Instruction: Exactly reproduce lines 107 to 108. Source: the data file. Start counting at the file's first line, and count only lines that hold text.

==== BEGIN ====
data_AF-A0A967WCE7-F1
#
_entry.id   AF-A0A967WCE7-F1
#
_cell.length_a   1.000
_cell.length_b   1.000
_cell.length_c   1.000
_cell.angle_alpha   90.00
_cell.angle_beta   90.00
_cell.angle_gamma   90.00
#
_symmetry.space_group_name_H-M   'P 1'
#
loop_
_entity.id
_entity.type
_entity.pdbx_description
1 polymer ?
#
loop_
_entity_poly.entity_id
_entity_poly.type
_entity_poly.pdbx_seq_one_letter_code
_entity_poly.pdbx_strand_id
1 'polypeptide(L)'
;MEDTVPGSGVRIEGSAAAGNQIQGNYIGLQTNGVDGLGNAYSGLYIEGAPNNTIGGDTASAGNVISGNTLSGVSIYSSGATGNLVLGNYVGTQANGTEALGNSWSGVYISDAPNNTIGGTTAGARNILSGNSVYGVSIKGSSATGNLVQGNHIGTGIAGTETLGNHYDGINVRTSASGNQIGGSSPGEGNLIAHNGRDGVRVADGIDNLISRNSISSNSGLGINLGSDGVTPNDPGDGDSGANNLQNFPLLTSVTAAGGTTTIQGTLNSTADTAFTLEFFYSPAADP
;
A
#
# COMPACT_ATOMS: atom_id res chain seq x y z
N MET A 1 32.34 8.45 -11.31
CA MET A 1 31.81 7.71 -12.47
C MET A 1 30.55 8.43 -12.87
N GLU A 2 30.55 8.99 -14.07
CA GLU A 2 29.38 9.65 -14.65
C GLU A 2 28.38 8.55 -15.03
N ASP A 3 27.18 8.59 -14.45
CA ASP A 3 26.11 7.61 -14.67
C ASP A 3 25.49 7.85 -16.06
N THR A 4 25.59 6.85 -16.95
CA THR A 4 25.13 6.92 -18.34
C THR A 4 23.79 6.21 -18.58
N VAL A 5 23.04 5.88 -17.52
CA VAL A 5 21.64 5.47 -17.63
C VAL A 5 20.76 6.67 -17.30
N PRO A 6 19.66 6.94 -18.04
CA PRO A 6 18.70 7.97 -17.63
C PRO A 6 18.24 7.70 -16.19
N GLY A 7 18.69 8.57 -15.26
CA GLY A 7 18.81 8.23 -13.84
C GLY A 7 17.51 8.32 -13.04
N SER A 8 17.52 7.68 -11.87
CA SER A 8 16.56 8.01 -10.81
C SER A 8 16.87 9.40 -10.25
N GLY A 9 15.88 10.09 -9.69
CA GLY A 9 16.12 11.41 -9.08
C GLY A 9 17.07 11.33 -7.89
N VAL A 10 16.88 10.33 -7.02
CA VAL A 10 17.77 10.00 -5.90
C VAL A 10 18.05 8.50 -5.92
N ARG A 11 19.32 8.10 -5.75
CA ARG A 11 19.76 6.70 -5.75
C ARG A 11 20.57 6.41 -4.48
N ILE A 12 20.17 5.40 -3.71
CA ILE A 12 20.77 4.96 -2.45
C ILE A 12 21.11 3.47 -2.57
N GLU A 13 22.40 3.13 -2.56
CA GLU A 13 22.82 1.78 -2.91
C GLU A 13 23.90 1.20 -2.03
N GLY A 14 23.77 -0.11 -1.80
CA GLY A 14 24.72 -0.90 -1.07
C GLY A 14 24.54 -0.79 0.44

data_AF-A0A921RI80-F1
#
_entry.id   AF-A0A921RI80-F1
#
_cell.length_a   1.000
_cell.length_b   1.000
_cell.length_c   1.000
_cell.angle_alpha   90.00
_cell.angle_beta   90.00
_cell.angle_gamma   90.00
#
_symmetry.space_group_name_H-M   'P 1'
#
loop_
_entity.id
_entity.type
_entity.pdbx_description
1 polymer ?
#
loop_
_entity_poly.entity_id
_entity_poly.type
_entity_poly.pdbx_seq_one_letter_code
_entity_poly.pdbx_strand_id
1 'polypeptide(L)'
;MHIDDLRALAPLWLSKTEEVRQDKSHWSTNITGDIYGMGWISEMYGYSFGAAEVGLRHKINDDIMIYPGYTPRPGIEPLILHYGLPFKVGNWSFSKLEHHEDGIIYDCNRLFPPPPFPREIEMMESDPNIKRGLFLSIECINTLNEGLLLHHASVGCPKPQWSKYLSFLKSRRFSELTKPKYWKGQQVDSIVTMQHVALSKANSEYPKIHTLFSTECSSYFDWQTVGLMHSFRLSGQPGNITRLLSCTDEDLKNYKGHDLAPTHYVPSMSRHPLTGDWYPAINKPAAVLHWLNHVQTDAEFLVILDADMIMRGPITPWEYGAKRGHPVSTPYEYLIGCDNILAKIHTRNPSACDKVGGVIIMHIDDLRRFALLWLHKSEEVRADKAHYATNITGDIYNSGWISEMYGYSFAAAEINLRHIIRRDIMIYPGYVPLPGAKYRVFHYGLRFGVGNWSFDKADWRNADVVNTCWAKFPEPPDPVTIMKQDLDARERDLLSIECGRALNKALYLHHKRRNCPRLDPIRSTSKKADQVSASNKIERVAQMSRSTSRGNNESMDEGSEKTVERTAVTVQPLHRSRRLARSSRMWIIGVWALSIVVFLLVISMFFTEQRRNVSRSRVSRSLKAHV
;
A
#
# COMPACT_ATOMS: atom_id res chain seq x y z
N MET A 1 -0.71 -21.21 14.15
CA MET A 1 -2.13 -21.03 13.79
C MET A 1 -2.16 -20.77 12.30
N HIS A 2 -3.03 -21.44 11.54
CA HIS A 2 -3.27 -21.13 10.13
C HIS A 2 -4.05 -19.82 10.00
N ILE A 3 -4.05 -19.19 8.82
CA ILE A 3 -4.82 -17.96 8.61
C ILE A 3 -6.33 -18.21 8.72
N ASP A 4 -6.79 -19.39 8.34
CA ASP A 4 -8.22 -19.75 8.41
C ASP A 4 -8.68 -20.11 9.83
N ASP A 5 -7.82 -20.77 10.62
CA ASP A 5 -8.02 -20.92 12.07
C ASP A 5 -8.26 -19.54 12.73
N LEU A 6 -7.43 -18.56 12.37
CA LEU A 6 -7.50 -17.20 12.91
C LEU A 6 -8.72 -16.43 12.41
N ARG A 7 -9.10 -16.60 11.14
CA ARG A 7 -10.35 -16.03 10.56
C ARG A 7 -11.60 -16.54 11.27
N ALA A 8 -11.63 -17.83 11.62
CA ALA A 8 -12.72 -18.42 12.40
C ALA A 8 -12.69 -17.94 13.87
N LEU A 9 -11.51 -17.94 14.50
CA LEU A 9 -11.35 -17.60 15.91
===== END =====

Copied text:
CA HIS A 2 -3.27 -21.13 10.13
C HIS A 2 -4.05 -19.82 10.00